HUNTSVILLE, Ala. – After years of work, NASA is preparing for the first launch of its Artemis program which will bring astronauts back to the Moon and eventually take them to Mars and beyond.

The missions will all be powered by the Space Launch System or SLS, that’s been developed and built by engineers in Huntsville and across the country.

Wednesday, NASA as well as community leaders held a public briefing at the Davidson Center for Space Exploration in Huntsville to help community members better understand the Artemis program, the SLS and how this mission will impact the community.

Huntsville has been known as the Rocket City since 1953 and Mayor Tommy Battle says the Artemis mission will continue that legacy.

“The Rocket City is about to rock one more time,” Battle said.

After years of designing, building and testing, the SLS  is preparing for launch for the Artemis I mission.

“SLS is the only exploration class vehicle that can send humans into deep space,” said John Honeycutt, SLS Program Manager.

Honeycutt explained Artemis I will be the first launch of many. During the test flight, the fully stacked and integrated SLS rocket will take the Orion spacecraft and research satellites into space.

“The first mission will be a test flight which will go further than we’ve ever been in space,” Honeycutt explained.

Honeycutt says human exploration shouldn’t be too far behind.

“On Artemis III, which is scheduled for 2024, we’ll have the first crewed mission to the lunar surface in the 21st century,” Honeycutt said.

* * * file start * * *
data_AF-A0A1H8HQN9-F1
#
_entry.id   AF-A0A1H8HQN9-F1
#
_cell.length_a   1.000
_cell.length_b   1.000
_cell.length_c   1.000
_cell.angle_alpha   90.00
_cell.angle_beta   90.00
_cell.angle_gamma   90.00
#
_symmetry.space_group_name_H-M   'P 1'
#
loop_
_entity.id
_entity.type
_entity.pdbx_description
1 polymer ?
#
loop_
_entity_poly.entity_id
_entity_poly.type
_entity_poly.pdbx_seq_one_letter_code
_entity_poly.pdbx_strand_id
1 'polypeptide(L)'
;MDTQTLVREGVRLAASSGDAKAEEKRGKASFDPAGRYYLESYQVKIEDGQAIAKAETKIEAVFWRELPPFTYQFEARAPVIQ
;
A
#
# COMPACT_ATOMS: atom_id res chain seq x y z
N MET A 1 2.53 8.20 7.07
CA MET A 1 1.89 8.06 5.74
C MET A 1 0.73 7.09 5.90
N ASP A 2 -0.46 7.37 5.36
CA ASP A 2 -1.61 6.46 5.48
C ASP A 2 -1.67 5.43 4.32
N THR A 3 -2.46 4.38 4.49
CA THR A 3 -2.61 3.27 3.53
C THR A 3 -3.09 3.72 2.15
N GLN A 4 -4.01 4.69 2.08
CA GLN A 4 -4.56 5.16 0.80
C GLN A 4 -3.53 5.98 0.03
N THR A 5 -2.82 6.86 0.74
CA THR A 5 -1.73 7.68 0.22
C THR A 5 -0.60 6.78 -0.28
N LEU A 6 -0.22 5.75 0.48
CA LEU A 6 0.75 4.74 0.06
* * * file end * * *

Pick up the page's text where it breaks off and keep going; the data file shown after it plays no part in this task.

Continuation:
The crew on Artemis III will include the first woman and the first person of color to go to the Moon.

Artemis is an endeavor with strong ties to the Rocket City.

“We in the City of Huntsville, Madison County, North Alabama ought to be proud. We own this rocket. We’re the ones developing it in partnership with industry and the rest of the country,” said David Beaman, SLS System Engineering Integration Manager.

The NASA Marshall Space Flight Center located in Huntsville is playing a vital role in the program.

“The mission will be flown on the space launch system rocket the hardware has been built tested right here at Marshall Space Flight Center, at the Michoud Assembly Facility, I talked about Stennis, and with our partners all across the globe,” said Jody Singer, Marshall Space Flight Center Director.

And the Artemis Program has ties to UAH.

“I’m proud to say that I’ve always lived in the Rocket City and that I am a graduate of the University of Alabama in Huntsville,” Honeycutt said.

Mayor Tommy Battle says the program is also boosting Alabama’s economy.

“The SLS program has contributed $2.4 billion to Alabama’s economy, 13,000 jobs across the state and has generated more than $55 million in state and local taxes,” said Mayor Battle. 

It’s also inspiring the next generation.

“There’s just nothing like being able to do things, and reach for the stars, and go beyond where you ever thought you would go,” Singer said.

Singer, who watched Apollo 11 take flight as a young girl, calls young people watching this new endeavor take flight the ‘Artemis Generation’.

Honeycutt says NASA has not confirmed a date for the Artemis I launch, but it is anticipated to take place late this year or early next year.

Officials with the Huntsville Chamber of Commerce say there are many events being held in Huntsville to get the community excited for the Artemis 1 launch. They begin as early as this month.